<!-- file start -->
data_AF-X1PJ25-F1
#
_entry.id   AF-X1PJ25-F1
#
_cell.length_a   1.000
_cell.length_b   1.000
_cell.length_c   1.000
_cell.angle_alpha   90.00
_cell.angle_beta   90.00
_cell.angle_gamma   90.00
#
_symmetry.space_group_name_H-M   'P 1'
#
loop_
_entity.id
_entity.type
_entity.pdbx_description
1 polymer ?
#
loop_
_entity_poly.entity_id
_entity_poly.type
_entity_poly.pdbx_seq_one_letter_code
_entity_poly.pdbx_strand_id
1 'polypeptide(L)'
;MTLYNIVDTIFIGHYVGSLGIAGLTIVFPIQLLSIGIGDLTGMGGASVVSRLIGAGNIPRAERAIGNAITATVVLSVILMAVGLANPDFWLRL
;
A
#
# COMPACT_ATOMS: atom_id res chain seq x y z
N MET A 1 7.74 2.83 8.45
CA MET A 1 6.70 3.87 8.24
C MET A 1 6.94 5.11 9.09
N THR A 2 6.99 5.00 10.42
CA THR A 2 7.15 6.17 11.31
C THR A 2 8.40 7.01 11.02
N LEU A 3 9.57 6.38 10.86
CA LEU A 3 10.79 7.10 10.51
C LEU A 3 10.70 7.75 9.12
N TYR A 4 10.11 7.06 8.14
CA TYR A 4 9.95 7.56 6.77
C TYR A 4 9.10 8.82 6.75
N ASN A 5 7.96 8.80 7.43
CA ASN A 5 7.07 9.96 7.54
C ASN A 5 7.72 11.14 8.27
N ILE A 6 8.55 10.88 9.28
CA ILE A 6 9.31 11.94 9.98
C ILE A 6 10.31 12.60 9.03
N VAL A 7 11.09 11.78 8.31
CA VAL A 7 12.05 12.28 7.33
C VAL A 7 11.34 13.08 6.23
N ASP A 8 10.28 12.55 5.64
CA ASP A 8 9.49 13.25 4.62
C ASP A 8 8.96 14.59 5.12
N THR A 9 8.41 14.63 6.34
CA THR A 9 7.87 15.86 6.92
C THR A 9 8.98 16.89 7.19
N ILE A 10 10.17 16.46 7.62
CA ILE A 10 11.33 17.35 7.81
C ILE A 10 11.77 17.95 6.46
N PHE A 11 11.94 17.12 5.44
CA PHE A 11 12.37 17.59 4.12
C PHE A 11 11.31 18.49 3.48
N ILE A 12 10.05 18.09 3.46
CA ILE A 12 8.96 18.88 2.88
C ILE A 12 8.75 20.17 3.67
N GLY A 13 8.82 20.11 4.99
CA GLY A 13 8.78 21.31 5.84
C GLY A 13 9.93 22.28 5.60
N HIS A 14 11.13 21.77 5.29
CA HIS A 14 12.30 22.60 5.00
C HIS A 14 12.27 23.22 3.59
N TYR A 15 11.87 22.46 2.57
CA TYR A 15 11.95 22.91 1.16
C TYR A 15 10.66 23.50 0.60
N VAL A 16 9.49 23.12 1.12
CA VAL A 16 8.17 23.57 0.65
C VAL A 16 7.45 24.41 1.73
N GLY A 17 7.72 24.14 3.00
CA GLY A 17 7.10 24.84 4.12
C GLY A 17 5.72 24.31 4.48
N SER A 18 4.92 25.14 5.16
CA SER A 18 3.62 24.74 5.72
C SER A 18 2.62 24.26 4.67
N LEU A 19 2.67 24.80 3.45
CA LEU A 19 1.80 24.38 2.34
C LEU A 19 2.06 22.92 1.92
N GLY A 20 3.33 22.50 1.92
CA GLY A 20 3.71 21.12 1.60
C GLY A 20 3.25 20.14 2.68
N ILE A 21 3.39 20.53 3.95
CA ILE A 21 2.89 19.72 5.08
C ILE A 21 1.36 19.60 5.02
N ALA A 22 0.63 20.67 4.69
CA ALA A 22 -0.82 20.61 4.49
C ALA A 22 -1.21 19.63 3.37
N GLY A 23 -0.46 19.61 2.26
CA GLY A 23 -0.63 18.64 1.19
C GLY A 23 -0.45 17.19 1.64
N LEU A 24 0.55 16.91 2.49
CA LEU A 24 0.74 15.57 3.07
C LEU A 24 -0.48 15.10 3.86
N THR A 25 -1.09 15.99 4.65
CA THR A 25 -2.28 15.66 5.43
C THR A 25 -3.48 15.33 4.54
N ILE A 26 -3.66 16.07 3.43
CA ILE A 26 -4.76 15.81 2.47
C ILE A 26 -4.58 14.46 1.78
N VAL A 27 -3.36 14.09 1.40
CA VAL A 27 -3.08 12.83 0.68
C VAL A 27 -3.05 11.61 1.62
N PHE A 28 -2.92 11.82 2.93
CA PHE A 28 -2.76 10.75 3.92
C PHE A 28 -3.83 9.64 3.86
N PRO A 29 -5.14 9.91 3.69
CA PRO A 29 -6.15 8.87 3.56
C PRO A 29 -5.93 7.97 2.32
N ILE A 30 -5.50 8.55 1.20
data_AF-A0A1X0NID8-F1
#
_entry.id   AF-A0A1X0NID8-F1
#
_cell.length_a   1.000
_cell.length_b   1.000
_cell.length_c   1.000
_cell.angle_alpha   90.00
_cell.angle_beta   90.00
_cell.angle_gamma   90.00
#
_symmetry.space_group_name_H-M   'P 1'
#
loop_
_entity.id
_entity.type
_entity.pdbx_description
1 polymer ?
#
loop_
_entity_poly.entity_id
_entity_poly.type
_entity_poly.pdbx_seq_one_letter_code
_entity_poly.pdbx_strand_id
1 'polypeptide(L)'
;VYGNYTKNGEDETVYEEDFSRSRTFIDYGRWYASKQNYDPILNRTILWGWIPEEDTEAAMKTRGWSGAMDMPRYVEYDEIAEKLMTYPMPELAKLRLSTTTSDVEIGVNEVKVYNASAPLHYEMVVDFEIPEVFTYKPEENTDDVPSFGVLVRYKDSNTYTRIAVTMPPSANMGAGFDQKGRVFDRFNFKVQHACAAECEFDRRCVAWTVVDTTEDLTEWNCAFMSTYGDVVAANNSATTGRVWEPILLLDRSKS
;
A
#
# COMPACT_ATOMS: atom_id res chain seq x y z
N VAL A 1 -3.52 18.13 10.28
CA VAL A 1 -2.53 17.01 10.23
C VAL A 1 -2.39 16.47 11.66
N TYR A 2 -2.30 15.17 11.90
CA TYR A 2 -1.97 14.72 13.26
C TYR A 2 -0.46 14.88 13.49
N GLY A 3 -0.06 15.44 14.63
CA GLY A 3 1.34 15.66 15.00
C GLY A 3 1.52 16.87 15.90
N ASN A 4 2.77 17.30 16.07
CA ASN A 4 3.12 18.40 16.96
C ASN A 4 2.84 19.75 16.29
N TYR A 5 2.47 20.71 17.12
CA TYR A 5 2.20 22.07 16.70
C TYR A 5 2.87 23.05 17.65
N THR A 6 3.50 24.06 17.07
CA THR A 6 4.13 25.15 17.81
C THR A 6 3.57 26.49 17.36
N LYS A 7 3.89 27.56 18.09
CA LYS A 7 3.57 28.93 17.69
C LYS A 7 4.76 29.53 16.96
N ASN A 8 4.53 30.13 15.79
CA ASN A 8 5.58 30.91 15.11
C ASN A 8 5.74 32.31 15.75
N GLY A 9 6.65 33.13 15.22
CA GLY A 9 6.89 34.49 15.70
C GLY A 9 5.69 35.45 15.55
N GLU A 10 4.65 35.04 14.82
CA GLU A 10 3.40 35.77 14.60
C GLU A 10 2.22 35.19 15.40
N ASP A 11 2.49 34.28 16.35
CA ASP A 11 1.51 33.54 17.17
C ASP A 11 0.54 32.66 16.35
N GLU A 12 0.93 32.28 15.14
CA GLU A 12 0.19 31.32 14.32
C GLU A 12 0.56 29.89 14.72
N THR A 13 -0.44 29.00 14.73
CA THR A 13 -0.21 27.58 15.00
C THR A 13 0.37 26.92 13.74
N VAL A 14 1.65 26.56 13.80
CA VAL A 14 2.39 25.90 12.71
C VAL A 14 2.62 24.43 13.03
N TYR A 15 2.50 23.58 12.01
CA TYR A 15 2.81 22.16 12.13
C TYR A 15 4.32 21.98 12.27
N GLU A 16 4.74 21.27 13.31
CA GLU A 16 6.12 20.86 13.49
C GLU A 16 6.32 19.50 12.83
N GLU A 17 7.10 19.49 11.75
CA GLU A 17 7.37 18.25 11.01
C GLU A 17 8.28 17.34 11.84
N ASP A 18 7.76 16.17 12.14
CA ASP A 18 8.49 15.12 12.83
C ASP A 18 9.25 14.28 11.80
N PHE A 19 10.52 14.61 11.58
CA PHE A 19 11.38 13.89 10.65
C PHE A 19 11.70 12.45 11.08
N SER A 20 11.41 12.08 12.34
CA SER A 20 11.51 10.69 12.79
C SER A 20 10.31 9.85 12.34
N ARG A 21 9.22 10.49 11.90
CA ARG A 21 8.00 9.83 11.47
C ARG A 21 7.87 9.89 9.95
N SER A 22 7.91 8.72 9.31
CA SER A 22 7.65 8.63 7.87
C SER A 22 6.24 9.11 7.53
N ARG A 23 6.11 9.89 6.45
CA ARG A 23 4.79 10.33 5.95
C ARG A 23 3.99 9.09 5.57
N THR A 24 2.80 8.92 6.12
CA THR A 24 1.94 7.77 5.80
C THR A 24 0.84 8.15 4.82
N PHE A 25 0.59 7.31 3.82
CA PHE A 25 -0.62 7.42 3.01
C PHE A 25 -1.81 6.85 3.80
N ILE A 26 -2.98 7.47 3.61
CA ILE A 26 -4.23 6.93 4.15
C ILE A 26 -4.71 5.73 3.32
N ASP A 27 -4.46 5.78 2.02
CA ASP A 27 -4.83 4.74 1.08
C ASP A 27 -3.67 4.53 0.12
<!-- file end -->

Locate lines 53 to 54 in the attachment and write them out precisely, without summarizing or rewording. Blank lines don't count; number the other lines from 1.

CA ASP A 8 9.49 13.25 4.62
C ASP A 8 8.96 14.59 5.12